Show me the money
The United States’ preferred climate policy allows local regulators to set a cap on emissions while taxing companies that surpass that number and rewarding those that fall below it by allowing them to sell or trade their pollution credits. Take California, for example, which has one of the nation’s longest standing Cap and Trade programmes. If a cement plant in California was required to purchase 100 000 t of carbon credits to meet their cap, then the cost of compliance would sky-rocket from US$1.8 million (at today’s carbon price of US$18/metric t of CO2) to US$5 million by 2030 (at a projected carbon price of $50/t).
Because cement producers compete primarily on price, the cost of compliance with these programmes is a significant challenge for industry, as reducing emissions often incurs costly capital investments that can hurt a manufacturers’ standing in the marketplace. Any truly impactful decarbonisation strategy must carefully balance the nuances of the product.
With EaaS, cement producers can leverage third-party financing to help fund decarbonisation measures that reduce greenhouse gases and mitigate costs of compliance. Moreover, EaaS solutions guarantee output and performance from onsite energy sources capable of enabling new revenue streams, from the $300 billion market demand for green cement, as well as lessening the risk of implementation.
But wait, there’s more
The nation’s infrastructure is in desperate need of repair and, when considered against various levers for decarbonisation, both regulatory and market-driven, EaaS solutions not only offer a competitive advantage, but the benefits to energy resilience and reliability provide a much needed layer of defense against extreme weather events and increasingly frequent power outages resulting from grid failures.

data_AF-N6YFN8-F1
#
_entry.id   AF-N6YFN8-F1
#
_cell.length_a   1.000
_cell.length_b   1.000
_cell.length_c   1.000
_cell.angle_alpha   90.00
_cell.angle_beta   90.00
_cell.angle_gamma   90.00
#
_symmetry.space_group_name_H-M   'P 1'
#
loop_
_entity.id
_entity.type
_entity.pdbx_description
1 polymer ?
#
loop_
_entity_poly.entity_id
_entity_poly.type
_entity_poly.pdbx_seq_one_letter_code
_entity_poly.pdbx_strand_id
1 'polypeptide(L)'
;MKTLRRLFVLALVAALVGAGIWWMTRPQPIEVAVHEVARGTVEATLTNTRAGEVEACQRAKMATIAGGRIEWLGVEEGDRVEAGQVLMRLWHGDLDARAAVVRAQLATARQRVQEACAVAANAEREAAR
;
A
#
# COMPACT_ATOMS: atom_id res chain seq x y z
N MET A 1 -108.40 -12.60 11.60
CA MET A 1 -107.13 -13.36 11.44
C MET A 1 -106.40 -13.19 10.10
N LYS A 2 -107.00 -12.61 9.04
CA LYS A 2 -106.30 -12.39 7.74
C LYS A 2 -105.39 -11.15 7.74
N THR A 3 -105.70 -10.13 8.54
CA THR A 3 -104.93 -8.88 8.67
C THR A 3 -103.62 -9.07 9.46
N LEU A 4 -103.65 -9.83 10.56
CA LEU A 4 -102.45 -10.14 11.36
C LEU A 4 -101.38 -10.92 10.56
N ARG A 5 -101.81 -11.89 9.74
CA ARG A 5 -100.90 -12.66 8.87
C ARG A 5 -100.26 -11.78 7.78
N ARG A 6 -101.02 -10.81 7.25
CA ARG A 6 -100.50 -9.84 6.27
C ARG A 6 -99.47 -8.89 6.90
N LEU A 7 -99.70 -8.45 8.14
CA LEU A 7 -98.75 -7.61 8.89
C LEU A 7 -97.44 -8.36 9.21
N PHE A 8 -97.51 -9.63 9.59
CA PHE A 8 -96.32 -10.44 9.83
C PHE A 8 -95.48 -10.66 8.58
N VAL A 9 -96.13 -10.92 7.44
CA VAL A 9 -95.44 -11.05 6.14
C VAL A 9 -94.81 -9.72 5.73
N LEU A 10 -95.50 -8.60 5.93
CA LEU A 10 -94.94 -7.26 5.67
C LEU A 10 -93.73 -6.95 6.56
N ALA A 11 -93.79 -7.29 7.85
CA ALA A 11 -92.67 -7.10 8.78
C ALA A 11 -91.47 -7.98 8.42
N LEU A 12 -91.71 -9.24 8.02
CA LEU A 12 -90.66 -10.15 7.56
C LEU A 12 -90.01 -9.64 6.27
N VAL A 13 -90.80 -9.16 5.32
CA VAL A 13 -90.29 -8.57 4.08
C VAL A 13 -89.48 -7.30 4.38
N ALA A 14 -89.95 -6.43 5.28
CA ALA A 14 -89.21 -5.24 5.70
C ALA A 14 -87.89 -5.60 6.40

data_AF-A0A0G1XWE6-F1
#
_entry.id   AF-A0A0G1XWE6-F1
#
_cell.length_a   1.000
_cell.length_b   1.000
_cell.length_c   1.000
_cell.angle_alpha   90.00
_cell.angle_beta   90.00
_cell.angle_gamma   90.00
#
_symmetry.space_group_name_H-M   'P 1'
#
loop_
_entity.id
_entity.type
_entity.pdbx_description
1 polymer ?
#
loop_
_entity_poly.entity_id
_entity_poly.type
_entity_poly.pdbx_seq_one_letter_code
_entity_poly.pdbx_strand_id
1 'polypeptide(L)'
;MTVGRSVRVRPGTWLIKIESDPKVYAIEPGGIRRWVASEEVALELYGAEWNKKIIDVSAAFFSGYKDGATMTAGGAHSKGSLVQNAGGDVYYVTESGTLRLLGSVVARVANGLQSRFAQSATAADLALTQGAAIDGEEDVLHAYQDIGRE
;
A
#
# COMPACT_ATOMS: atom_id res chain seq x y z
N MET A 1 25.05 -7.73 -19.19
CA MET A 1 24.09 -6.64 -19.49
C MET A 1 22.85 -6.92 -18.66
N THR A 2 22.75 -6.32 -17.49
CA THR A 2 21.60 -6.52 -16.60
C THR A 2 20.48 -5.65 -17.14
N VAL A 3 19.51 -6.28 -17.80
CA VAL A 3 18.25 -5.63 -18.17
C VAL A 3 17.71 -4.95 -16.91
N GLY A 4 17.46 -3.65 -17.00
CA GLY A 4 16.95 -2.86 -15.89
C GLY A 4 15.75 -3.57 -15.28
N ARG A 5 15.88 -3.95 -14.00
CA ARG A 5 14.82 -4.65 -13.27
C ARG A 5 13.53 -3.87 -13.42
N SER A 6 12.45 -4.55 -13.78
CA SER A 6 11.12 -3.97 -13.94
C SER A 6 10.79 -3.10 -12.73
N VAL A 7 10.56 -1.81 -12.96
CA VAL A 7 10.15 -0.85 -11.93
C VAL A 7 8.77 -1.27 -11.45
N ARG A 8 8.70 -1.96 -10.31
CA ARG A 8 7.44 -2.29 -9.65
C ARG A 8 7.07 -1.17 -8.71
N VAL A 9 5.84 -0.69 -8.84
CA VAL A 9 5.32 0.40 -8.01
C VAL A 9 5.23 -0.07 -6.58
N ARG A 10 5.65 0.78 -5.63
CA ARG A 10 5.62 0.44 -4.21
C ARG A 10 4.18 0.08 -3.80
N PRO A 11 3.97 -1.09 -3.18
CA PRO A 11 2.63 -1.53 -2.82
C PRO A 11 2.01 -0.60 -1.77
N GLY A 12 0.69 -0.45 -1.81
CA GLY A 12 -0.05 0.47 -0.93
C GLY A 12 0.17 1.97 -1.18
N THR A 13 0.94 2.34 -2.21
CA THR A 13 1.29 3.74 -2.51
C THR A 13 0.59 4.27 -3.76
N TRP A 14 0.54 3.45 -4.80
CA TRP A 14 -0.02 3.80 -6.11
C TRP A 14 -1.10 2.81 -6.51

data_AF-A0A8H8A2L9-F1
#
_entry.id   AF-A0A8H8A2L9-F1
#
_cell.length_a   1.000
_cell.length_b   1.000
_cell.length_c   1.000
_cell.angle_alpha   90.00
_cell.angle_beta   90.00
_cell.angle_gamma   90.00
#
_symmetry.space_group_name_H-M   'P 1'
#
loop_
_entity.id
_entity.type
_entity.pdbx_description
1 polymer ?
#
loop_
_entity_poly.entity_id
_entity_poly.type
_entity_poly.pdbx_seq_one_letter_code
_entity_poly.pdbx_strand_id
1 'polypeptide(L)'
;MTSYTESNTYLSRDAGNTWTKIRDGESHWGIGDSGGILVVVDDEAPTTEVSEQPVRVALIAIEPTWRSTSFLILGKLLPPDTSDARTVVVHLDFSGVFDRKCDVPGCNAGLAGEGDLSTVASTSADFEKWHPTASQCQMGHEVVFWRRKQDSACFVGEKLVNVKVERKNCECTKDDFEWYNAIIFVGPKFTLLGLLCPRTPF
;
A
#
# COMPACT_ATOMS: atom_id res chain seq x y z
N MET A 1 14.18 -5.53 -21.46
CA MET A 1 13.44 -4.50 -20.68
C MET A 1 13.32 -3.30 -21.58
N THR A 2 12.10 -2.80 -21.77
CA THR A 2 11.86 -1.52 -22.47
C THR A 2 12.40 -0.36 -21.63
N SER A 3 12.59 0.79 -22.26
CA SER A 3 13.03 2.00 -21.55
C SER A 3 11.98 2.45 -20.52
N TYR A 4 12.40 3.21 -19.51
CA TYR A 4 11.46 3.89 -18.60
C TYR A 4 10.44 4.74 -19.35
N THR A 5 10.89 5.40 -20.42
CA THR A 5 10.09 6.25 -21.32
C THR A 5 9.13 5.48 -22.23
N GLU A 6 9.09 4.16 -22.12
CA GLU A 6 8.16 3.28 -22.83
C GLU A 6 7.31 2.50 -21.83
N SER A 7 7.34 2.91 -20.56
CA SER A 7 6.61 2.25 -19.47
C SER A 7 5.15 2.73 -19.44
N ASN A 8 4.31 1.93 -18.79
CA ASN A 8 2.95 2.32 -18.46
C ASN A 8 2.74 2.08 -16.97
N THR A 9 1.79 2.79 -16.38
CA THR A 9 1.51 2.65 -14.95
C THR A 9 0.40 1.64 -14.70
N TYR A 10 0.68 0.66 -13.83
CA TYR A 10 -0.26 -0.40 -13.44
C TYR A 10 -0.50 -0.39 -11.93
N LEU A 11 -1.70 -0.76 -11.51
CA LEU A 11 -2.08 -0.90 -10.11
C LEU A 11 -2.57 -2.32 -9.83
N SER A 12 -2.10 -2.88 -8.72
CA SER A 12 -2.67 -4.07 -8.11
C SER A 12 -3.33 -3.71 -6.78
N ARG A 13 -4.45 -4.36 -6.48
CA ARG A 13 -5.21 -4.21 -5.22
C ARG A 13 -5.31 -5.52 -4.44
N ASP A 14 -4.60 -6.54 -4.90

Even a microsecond of an outage or the smallest fluctuation in power quality can result in equipment shutting off, wasted product, or equipment damage, causing tens of thousands of dollars in lost revenue. A sustained outage due to downed transmission lines or a public safety shut off event could incur an opportunity cost of US$20 000 per hour for outages less than six hours. Once the interruption exceeds six hours, the site could incur a single US$250 000 cost as a result of the kiln cooling down, plus US$20 000/hr for the duration of the outage. A properly designed microgrid mitigates these costs by sensing and protecting against power outages, seamlessly transitioning electrical loads from the utility to on-site resources.
Demand for ESG-focused investments has grown markedly in recent years amidst growing environmental, social, political and financial pressures. Across the board, from retail owners to manufacturing plants, a company’s well-being is dependent upon its ability to make defensible ESG investments. For heavy emitters, like cement, however, committing to net-zero standards is much easier said than done.
To meet net-zero carbon targets by mid-century, the cement industry must reduce the thermal energy intensity of the kiln by 0.7% per year to a global average of 3.1 GJ/t by 2030. EaaS solutions that prioritise the price-sensitive nature of the commodity and limit the need for costly capital investments while guaranteeing performance is a win-win for cement players and the planet.
Consider this: Approximately 75% of global cement is purchased by government entities. As countries, states and municipalities set their respective decarbonisation strategies, future procurement specifications will, undoubtedly, prioritise low carbon and green cement. Those that act early face an obvious advantage.
Read the article online at: https://www.worldcement.com/special-reports/09112021/energy-as-a-service-eaas-a-new-model-for-decarbonising-the-cement-industry/